The drop in pay-phone numbers angers advocates, who are quick to point > out that cell phones -- and sometimes any phones at all -- are > prohibitively expensive for many people. > A full 7.1 percent of the nation's households had no phone of any kind > in November 2005, up from 4.7 percent three years earlier, according > to the Federal Communications Commission.
These two paragraphs are not necessarily linked.
Or rather, more and more households "had no phone of any kind" for reasons other than poverty.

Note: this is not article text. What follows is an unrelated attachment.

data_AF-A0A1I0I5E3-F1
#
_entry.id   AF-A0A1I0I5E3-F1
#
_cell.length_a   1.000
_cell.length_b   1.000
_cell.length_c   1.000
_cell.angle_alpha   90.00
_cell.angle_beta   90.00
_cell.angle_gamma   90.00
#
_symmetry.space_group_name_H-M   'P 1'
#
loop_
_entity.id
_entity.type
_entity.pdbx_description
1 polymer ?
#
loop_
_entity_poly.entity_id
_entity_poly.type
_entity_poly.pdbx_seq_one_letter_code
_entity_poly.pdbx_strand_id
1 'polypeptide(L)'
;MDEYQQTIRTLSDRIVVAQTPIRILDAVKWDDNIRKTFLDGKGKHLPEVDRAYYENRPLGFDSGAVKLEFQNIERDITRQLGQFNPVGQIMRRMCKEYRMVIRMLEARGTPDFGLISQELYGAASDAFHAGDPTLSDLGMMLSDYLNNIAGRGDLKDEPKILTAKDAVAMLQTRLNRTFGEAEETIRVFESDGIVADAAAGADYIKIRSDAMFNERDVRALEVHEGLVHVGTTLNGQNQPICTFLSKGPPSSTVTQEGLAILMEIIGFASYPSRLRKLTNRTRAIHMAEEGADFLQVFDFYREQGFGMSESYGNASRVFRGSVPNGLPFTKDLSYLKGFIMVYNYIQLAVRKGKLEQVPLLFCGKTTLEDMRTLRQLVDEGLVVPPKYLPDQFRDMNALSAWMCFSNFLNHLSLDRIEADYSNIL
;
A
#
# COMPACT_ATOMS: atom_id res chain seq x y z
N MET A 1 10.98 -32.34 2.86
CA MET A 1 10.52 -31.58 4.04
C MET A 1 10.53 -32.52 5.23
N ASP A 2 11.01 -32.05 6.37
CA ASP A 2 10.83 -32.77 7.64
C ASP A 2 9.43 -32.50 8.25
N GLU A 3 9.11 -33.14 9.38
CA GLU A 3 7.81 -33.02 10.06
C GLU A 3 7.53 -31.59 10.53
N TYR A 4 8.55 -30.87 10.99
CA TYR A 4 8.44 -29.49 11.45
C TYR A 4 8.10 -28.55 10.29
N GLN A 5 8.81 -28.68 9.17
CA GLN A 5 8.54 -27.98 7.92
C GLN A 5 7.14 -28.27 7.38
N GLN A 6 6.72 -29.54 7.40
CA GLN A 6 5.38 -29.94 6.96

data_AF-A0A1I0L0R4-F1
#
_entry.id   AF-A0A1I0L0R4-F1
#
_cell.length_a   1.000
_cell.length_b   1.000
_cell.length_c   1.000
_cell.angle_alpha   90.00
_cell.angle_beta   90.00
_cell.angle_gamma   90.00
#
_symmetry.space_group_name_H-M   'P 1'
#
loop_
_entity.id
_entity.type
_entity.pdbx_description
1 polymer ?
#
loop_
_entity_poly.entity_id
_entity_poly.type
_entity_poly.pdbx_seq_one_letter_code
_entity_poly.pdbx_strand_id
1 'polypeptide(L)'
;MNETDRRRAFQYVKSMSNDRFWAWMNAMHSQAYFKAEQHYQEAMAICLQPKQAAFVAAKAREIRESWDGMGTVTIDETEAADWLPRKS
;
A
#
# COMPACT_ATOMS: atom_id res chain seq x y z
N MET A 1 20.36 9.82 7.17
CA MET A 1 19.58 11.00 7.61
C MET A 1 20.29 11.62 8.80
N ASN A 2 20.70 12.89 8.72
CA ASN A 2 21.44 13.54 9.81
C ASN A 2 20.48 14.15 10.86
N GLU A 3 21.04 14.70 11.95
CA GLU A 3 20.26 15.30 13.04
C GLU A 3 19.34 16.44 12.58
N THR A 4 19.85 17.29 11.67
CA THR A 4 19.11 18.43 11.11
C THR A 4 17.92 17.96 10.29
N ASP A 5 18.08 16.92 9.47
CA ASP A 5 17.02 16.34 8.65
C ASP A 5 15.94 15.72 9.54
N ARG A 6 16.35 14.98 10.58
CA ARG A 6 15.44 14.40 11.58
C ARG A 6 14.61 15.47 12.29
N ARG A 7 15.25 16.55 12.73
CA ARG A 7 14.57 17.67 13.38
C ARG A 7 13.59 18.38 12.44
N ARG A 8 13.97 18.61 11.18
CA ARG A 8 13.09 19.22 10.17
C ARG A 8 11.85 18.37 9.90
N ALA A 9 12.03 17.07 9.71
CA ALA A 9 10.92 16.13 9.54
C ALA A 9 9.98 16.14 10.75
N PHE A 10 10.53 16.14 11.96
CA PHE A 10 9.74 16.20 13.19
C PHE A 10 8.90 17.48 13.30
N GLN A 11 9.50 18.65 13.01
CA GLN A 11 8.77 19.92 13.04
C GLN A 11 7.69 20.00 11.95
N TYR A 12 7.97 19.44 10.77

Most of my friends and acquaintances are reasonably prosperous, and most of them don't have any landline phone service at all. They use their cellphone for everything.
Mark Atwood When you do things right, people won't be sure firstname.lastname@example.org you've done anything at all.